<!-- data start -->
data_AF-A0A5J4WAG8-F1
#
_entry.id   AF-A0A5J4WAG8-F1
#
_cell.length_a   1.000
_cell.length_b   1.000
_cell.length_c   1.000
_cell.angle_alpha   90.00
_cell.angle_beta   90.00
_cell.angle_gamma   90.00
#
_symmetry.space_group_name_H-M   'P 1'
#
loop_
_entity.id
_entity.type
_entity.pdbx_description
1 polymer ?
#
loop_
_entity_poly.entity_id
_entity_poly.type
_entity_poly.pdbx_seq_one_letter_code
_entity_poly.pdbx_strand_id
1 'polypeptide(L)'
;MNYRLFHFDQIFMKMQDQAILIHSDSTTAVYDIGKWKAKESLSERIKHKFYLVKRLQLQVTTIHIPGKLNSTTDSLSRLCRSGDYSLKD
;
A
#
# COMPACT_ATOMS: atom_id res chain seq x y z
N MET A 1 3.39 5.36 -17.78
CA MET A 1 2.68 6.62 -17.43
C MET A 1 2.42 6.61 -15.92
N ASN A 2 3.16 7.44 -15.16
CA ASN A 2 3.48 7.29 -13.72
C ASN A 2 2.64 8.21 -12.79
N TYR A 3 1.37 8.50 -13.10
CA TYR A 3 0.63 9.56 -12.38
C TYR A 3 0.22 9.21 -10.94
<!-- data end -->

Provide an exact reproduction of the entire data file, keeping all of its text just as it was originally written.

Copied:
data_AF-A0A5J4WAG8-F1
#
_entry.id   AF-A0A5J4WAG8-F1
#
_cell.length_a   1.000
_cell.length_b   1.000
_cell.length_c   1.000
_cell.angle_alpha   90.00
_cell.angle_beta   90.00
_cell.angle_gamma   90.00
#
_symmetry.space_group_name_H-M   'P 1'
#
loop_
_entity.id
_entity.type
_entity.pdbx_description
1 polymer ?
#
loop_
_entity_poly.entity_id
_entity_poly.type
_entity_poly.pdbx_seq_one_letter_code
_entity_poly.pdbx_strand_id
1 'polypeptide(L)'
;MNYRLFHFDQIFMKMQDQAILIHSDSTTAVYDIGKWKAKESLSERIKHKFYLVKRLQLQVTTIHIPGKLNSTTDSLSRLCRSGDYSLKD
;
A
#
# COMPACT_ATOMS: atom_id res chain seq x y z
N MET A 1 3.39 5.36 -17.78
CA MET A 1 2.68 6.62 -17.43
C MET A 1 2.42 6.61 -15.92
N ASN A 2 3.16 7.44 -15.16
CA ASN A 2 3.48 7.29 -13.72
C ASN A 2 2.64 8.21 -12.79
N TYR A 3 1.37 8.50 -13.10
CA TYR A 3 0.63 9.56 -12.38
C TYR A 3 0.22 9.21 -10.94